Conceptualizing factors influencing the perception of barriers to mental health treatment and help-seeking behaviors among Chinese Americans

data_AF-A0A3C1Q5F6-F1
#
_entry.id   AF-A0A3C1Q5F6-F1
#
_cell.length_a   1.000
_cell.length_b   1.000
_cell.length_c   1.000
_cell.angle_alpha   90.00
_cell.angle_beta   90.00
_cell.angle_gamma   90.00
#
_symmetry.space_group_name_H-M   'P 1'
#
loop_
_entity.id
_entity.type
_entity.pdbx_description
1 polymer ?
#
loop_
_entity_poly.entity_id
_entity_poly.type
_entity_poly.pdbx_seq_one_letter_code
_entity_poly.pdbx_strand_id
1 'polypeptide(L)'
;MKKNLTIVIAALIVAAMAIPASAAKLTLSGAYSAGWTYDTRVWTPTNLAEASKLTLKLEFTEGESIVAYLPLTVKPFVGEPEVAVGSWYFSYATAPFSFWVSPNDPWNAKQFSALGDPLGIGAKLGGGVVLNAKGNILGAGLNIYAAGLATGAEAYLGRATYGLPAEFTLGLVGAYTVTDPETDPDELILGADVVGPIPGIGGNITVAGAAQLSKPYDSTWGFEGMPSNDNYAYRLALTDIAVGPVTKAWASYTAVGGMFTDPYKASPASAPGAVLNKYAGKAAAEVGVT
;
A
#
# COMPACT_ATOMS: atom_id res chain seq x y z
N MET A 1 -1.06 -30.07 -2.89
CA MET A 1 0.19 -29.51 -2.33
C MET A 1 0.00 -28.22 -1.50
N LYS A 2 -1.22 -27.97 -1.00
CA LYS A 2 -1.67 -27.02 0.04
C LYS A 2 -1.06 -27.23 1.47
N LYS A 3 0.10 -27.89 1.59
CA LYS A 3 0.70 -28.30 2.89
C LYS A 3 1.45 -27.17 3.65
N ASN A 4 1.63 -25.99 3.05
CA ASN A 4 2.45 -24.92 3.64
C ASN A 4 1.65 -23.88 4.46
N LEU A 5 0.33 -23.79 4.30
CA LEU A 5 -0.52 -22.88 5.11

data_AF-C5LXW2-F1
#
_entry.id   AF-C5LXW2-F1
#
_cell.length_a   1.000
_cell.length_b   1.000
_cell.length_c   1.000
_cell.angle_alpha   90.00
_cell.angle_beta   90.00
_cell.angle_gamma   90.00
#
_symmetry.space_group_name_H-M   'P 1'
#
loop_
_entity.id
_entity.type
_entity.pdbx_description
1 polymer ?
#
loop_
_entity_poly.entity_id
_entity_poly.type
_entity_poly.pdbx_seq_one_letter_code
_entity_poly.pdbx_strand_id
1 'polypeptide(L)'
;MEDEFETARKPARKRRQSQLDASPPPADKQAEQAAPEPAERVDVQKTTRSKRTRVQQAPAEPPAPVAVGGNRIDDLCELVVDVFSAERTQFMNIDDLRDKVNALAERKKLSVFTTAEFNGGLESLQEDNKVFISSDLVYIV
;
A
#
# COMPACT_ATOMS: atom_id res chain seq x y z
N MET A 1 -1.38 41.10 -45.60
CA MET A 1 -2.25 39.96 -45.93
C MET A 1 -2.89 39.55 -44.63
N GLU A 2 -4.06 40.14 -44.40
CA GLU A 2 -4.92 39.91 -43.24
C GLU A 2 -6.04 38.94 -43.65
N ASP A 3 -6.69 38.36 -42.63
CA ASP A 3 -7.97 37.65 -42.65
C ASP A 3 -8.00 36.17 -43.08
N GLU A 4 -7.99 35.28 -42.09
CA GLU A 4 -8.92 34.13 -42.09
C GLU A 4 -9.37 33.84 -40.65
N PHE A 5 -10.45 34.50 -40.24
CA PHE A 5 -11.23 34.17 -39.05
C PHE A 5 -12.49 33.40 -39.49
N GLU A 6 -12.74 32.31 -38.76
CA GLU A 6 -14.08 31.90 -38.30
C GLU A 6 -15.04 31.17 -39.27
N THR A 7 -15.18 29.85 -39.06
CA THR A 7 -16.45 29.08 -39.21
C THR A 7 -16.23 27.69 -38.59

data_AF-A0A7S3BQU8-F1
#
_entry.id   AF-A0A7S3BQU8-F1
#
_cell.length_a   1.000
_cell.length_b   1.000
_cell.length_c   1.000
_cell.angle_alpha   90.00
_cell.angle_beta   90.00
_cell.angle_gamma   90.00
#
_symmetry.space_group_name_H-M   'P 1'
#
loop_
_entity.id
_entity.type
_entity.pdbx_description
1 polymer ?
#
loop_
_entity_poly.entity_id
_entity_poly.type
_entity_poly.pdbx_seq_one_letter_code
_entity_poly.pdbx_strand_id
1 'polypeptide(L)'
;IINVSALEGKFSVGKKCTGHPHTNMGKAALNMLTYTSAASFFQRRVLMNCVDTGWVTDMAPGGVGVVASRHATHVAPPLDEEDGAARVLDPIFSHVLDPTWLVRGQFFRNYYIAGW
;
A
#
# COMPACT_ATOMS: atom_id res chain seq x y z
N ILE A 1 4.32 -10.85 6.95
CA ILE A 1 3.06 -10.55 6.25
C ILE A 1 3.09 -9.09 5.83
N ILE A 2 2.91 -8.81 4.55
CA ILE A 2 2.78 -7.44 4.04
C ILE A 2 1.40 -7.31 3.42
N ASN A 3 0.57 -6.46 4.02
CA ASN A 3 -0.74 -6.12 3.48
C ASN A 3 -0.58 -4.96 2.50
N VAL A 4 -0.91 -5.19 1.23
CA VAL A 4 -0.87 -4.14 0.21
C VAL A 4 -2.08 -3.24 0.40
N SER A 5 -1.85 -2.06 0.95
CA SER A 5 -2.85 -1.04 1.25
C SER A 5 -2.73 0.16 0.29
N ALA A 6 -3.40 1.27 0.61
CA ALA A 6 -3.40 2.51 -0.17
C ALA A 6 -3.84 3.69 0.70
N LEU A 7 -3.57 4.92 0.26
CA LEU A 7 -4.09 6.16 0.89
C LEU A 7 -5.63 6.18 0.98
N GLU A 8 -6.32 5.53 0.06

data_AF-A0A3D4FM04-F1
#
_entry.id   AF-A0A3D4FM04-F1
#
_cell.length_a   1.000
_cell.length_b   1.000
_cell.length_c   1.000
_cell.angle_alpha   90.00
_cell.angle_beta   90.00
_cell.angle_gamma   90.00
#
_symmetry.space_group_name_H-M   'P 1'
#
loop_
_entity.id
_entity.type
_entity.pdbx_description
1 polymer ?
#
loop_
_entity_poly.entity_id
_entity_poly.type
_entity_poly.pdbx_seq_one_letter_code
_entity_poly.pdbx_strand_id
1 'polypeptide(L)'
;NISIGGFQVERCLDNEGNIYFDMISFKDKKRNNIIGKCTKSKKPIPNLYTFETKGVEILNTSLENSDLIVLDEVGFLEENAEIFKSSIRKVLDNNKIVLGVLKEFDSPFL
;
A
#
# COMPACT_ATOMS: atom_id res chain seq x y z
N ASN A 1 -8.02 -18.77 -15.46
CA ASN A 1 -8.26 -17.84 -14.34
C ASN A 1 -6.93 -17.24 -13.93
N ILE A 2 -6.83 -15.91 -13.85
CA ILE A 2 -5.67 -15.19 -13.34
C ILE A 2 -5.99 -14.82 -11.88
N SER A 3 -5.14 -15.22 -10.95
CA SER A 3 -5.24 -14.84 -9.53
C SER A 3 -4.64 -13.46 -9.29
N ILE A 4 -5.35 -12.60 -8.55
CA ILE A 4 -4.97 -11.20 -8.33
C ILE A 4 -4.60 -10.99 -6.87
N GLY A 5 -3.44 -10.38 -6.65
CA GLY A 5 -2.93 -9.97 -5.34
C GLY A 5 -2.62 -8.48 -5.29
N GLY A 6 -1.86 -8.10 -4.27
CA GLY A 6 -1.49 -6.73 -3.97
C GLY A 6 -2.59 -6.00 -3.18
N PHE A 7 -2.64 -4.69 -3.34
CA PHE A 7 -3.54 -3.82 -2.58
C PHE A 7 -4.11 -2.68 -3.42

Current literature: Despite being one of the fastest growing ethnic minority populations in the U.S., research shows that Asian Americans as a whole underutilize mental health treatment. Disaggregation of ethnic subgroups is imperative to identify within and between group differences in intentions to seek help and barriers to treatment. Study aims: This study examined selected personal and cultural factors hypothesized to influence attitudes towards professional mental health treatment among Chinese Americans. This study employed an experimental component with mixed qualitative and quantitative methods to explore the effectiveness of alleviating practical and cultural barriers to treatment. Results: Results of this study indicated that varied dimensions of culture (i.e., ethnic identity, acculturation, Asian values) were significantly related to different components of respondents' attitudes toward mental health treatment. Results of the experimental manipulation in which practical and cultural barriers were alleviated were related to an increased likelihood to endorse seeking professional mental health treatment. Specifically, a significant experimental group by ethnic identity interaction was found, in that groups with high ethnic identity who had cultural barriers alleviated reported the highest intention to seek psychological help. Discussion: Findings of the current study highlight that the information presented about psychological treatment to minority populations can make a difference in influencing intentions to seek help. Clinical implications include the importance of improving therapists' awareness of the types of barriers to treatment clients may perceive and how professionals can make therapy more accessible and comfortable for certain minority populations.